Thoughts on 10 Days, No Sugar

Tonight is the final night in which I’ve resolved to eat no added sugar for ten days (also known as the Fed Up Challenge). While I don’t believe in dieting or needlessly restricting/eliminating certain foods and food groups from one’s diet, I don’t think doing a brief reset every once in a while is a terrible thing. Here’s what the challenge looked like for me:

  • No added sugars for 10 days. This included artificial sweeteners and sweeteners like honey and maple syrup. All sugars came from fruit.
  • No simple white carbohydrates (white rice, white bread, etc.). Whole grains, including oatmeal, were okay.
  • I didn’t give up alcohol, though many do while doing this challenge. I’ve done a dry month before and found no benefit or detriment from doing so.
  • If I was hungry, I ate. The point of this challenge wasn’t to restrict my eating.

This was a nice way to reset after the holidays, where most of us consume way more sugar than usual, and I felt like it helped me learn a lot about my dietary needs. These lessons included:

1. I definitely don’t eat a lot of added sugar normally.

One of the things you’ll read about when you look at others’ accounts of this challenge are how terrible the first few days are. Mood swings, weird dreams, etc. I never dealt with any of this. In fact, I really didn’t feel like I was drastically changing my normal eating habits at all. I slept fine and didn’t feel any crankier than usual, and the only thing I really craved was chocolate. I never had any problems with my energy, and, in fact, I generally felt more energetic in the afternoons than I normally do otherwise. More on that below.

2. This is not a sustainable long-term way to eat.

I definitely understand going through life with a highly-reduced sugar intake. Maybe you’re diabetic, maybe a lot of sugar doesn’t agree with your body in some way. That’s fine. But reflecting back on it on Day 10, I believe that cutting out all added sugar forever is at best impractical and, at worst, dangerous. Putting yourself in a constant restrictive mindset is not healthy. Food isn’t just about physical nourishment, it’s also about mental nourishment. Plus, a little added sugar here and there won’t kill you.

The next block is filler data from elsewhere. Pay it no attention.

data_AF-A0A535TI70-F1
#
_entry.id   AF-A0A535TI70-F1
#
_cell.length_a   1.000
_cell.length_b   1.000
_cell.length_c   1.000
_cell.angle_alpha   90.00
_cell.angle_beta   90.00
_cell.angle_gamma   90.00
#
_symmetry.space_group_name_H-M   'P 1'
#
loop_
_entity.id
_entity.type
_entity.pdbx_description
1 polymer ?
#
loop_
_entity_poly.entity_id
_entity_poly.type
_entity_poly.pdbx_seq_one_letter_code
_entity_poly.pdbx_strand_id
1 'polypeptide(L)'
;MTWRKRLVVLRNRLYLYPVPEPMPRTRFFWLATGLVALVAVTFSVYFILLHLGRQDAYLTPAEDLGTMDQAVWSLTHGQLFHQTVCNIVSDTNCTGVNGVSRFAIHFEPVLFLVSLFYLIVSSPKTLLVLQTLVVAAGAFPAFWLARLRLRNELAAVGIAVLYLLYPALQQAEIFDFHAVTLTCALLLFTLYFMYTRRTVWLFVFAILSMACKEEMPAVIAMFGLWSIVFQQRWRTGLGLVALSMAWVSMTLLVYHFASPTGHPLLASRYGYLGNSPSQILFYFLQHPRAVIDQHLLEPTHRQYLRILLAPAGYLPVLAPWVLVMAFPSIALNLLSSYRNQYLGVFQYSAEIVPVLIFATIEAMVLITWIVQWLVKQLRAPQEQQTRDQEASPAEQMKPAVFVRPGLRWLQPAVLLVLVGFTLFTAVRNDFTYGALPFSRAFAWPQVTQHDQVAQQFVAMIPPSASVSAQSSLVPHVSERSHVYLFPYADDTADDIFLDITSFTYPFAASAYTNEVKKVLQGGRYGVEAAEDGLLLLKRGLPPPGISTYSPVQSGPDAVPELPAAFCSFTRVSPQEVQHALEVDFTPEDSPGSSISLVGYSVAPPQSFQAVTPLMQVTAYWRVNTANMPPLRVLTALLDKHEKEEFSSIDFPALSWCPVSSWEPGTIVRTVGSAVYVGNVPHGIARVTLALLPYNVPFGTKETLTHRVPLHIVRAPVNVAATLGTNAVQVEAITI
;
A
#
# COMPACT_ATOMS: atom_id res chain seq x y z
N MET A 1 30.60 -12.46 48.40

I also have yet to understand why maple syrup and honey aren’t allowed as part of this challenge. It might be to keep people from adding loads of maple syrup and honey to replace white sugar, but c’mon, they’re found in nature. They’re no less natural than sugar we find in fruit.

3. My body does best with different nutrients at different times of day.

This was actually one of the most interesting parts of the challenge to me! I feel like doing this gave me some real insight into my nutritional needs.

For example, the days I felt the best and stayed full the longest were the days I had oatmeal for breakfast. Apparently eggs and homemade veggie sausage won’t do it for more than a couple hours, but oatmeal (or smoothies with oats) kept me going until lunch time no problem. I also realized I haven’t been getting enough protein at lunch. We were formerly doing veggie and hummus wraps for lunch, but last week we ate this hatch chile egg bake for lunch, subbing sweet potatoes for regular, and it definitely kept me going strong all day. Lastly, having some fat with my last meal of the day seems to be key. I made a lot of smoothies for dessert, and the ones with the higher fat content were better at getting me through the night.

I’ll definitely be taking these lessons and applying them to my meals going forward. This was what I felt like made this challenge worth it, because otherwise…

4. The meal prep for this is absolutely bonkers.

It’s pretty much true what they say: sugar IS in everything. The only prepared foods I ate on this challenge were plain yogurt (if you can count that), Larabars, and some falafel patties I found. This meant that I was doing a crazy amount of meal preparation every couple of days. There wasn’t any added expense to doing this (I’d say we didn’t spend any more money than usual by not eating out), but the time! There was one day I spent literally three hours preparing things to eat, and it would be another hour or so every three or four days. Kudos to y’all who do hardcore meal prep like this every week. I love to cook, but I could not do this all the time.

5. No matter how hard you try and hope, cocoa powder is not chocolate.

This was the only thing I had a hardcore, terrible craving for while doing this challenge. Donuts at work? I’ll pass. Box of croissants on someone’s desk? Nah, they looked pretty sad anyway. But chocolate! Man, on Days 5 and 6, I was ready to kill someone for a piece of dark chocolate. The days after that, I basically accepted that there was no chocolate coming, but that didn’t make me want it any less.

In the end, I think this was worth doing, as it taught me a lot about my regular diet. I think if I did something similar again, I would include maple syrup and honey as part of it. If any one has any questions, feel free to comment!



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